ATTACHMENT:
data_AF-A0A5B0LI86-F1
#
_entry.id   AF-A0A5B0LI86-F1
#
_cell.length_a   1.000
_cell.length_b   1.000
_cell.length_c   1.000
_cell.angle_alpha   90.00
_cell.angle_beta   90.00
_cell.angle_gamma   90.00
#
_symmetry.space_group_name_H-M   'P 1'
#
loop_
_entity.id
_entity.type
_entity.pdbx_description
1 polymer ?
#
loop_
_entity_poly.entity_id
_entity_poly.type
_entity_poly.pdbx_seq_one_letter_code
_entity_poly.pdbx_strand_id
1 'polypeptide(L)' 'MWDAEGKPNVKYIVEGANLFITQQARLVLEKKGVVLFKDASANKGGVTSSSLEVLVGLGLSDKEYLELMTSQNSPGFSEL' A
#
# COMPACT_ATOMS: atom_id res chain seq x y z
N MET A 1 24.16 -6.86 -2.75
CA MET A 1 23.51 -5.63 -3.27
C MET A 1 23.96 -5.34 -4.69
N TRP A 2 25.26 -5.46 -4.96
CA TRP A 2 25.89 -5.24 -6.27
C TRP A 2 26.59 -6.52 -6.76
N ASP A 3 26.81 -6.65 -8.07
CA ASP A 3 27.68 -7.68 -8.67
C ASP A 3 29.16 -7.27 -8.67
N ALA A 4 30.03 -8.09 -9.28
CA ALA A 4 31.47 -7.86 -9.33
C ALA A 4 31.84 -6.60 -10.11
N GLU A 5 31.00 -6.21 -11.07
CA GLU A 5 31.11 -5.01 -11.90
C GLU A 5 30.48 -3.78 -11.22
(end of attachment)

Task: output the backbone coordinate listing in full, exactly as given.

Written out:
data_AF-A0A5B0LI86-F1
#
_entry.id   AF-A0A5B0LI86-F1
#
_cell.length_a   1.000
_cell.length_b   1.000
_cell.length_c   1.000
_cell.angle_alpha   90.00
_cell.angle_beta   90.00
_cell.angle_gamma   90.00
#
_symmetry.space_group_name_H-M   'P 1'
#
loop_
_entity.id
_entity.type
_entity.pdbx_description
1 polymer ?
#
loop_
_entity_poly.entity_id
_entity_poly.type
_entity_poly.pdbx_seq_one_letter_code
_entity_poly.pdbx_strand_id
1 'polypeptide(L)' 'MWDAEGKPNVKYIVEGANLFITQQARLVLEKKGVVLFKDASANKGGVTSSSLEVLVGLGLSDKEYLELMTSQNSPGFSEL' A
#
# COMPACT_ATOMS: atom_id res chain seq x y z
N MET A 1 24.16 -6.86 -2.75
CA MET A 1 23.51 -5.63 -3.27
C MET A 1 23.96 -5.34 -4.69
N TRP A 2 25.26 -5.46 -4.96
CA TRP A 2 25.89 -5.24 -6.27
C TRP A 2 26.59 -6.52 -6.76
N ASP A 3 26.81 -6.65 -8.07
CA ASP A 3 27.68 -7.68 -8.67
C ASP A 3 29.16 -7.27 -8.67
N ALA A 4 30.03 -8.09 -9.28
CA ALA A 4 31.47 -7.86 -9.33
C ALA A 4 31.84 -6.60 -10.11
N GLU A 5 31.00 -6.21 -11.07
CA GLU A 5 31.11 -5.01 -11.90
C GLU A 5 30.48 -3.78 -11.22